On July 22, 2015, Petitioner filed a petition for writ of habeas corpus pursuant to 28 U.S.C. § 2241. ECF No. 1. Petitioner later filed an amended petition on September 3, 2015. ECF No. 14. In his memoranda, Petitioner argues that the court should modify his sentence and order his immediate release based on recent case law suggesting that Petitioner's prior conviction for North Carolina's “assault on a female” is not a crime of violence. ECF Nos. 1 at 2; 14 at 8 (citing United States v. Kelly, 917 F.Supp.2d 553 (W.D. N.C. 2013)).

         On September 30, 2015, Petitioner filed a supplemental memorandum in which he added a claim for relief under Johnson v. United States, 135 S.Ct. 2551 (2015). ECF No. 16. Additionally, on November 5, 2015, Petitioner filed a motion, pursuant to Fed. R. App. P. 23, requesting that he be released on personal recognizance while his habeas petition remained under review. ECF No. 24. Finally, Petitioner filed two additional supplements to his amended petition on December 14, 2015, and April 29, 2016, respectively. ECF Nos. 27 and 29.


         A. Savings Clause

         Petitioner first objects to the Magistrate Judge's conclusion that a § 2241 habeas petition is an inappropriate vehicle for bringing his challenge. As a general matter, defendants convicted in federal court must rely on § 2255 in seeking habeas relief from their convictions and sentences. See In re Vial, 115 F.3d 1192, 1194 (4th Cir.1997) (en banc). However, when § 2255 proves inadequate or ineffective to test the legality of a detention, a federal prisoner may pursue habeas relief under § 2241. See id. This exception, found at § 2255(e), has been termed the “savings clause”:

An application for a writ of habeas corpus in behalf of a prisoner who is authorized to apply for relief by motion pursuant to this section, shall not be entertained if it appears that the applicant has failed to apply for relief, by motion, to the court which sentenced him, or that such court has denied him relief, unless it also appears that the remedy by motion is inadequate or ineffective to test the legality of his detention.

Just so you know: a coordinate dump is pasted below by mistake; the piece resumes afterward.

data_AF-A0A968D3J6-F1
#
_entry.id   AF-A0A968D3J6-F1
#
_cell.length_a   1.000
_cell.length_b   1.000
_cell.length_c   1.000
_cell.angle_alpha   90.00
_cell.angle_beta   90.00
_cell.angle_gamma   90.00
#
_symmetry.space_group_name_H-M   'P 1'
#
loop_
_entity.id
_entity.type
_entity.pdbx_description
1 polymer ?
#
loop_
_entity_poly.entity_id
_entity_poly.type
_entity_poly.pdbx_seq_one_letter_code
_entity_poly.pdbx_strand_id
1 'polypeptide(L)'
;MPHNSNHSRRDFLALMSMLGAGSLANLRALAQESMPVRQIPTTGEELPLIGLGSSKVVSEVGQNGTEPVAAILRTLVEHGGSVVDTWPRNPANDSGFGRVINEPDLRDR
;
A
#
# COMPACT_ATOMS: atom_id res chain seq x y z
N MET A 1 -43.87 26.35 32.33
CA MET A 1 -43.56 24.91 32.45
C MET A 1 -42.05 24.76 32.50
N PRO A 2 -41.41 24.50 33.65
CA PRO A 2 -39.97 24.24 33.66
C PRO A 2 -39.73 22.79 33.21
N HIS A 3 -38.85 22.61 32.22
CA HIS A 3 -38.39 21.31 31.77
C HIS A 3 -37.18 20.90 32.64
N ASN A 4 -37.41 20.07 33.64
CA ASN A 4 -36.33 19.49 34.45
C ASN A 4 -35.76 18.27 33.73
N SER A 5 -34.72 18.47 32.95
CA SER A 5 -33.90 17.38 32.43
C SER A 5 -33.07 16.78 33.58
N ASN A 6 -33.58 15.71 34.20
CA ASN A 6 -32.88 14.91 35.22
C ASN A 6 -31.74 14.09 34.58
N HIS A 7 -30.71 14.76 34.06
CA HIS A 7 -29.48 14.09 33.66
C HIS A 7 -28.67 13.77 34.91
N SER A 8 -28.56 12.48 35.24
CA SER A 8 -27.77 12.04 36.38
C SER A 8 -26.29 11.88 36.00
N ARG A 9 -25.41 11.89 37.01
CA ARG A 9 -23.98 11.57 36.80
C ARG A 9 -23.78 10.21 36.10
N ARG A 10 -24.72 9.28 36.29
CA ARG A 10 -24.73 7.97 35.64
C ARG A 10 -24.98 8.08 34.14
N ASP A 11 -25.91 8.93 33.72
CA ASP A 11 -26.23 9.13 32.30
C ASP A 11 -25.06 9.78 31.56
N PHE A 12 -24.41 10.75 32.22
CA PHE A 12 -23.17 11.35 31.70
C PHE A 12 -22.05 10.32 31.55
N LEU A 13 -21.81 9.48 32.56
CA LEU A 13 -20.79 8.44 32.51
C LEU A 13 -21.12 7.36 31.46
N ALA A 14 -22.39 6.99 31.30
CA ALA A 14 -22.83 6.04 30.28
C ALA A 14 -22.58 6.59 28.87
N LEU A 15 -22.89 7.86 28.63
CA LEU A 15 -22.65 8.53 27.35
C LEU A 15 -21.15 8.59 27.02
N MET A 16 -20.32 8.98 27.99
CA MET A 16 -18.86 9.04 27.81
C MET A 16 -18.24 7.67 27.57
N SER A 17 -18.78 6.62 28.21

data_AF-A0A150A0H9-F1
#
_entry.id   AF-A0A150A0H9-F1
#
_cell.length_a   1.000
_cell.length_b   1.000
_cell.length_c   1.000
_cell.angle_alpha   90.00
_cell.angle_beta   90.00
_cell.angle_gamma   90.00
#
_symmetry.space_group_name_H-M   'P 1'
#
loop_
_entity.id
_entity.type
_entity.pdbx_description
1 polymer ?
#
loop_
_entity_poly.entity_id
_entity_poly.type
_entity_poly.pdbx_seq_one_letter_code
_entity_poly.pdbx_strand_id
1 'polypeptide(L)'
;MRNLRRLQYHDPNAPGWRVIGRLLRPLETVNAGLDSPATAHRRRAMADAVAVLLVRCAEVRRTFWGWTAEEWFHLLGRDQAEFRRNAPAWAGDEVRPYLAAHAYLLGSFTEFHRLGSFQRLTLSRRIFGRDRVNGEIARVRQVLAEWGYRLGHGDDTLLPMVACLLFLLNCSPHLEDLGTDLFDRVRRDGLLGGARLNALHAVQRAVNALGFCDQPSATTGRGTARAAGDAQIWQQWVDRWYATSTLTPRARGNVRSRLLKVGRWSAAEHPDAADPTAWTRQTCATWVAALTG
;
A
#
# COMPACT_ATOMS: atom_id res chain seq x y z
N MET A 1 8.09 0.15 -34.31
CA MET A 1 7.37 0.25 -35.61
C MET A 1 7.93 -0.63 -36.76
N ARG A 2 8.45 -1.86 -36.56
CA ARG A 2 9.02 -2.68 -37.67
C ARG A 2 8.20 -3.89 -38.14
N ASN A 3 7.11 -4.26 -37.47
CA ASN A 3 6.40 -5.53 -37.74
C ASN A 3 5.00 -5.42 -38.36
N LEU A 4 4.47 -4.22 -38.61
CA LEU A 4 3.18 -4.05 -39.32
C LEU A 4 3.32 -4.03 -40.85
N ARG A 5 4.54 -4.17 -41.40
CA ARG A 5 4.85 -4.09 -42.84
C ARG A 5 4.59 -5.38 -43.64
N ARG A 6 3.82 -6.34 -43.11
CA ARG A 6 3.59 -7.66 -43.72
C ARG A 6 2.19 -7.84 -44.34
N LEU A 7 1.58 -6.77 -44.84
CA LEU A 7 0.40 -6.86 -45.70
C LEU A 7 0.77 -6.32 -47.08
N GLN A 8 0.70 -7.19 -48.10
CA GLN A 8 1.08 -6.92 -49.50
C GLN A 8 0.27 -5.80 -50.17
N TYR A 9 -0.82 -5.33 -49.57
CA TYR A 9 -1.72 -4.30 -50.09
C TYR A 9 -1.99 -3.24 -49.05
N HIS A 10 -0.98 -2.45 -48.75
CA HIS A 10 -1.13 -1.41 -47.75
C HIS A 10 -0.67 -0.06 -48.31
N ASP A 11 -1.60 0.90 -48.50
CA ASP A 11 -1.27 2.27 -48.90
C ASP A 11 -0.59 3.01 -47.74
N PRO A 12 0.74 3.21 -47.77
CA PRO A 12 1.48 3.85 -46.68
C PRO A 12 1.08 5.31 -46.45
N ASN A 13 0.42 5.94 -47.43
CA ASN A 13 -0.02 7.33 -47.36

In her report, the Magistrate Judge reasoned that the savings clause could only be used where a petitioner alleges actual innocence of a conviction, which Petitioner fails to do. ECF No. 20 at 4 (citing United States v. Surratt, 797 F.3d 240, 256 (4th Cir. 2015), reh'g en banc granted (Dec. 2, 2015)). Petitioner objects to the Magistrate Judge's reasoning and instead argues that he need not allege actual innocence of a conviction. Instead, Petitioner points to a Seventh Circuit case that suggests the savings clause may be used to challenge the misapplication of the Guidelines. In Brown v. Caraway, 719 F.3d 583, 588 (7th Cir. 2013), the Seventh Circuit reasoned that sentences imposed prior to United States v. Booker, 543 U.S. 220 (2005), were based on mandatory Guidelines. Therefore, the Seventh Circuit continued, these Guideline sentences had the “force and effect of law” such that a Guideline maximum was essentially a statutory maximum. See Brown, 719 F.3d at 588. Based on this reasoning, the Seventh Circuit held the following:

For a prisoner serving a sentence imposed when the guidelines were mandatory, a § 2241 habeas petition raising a guidelines error tests the legality of his detention” within the meaning ...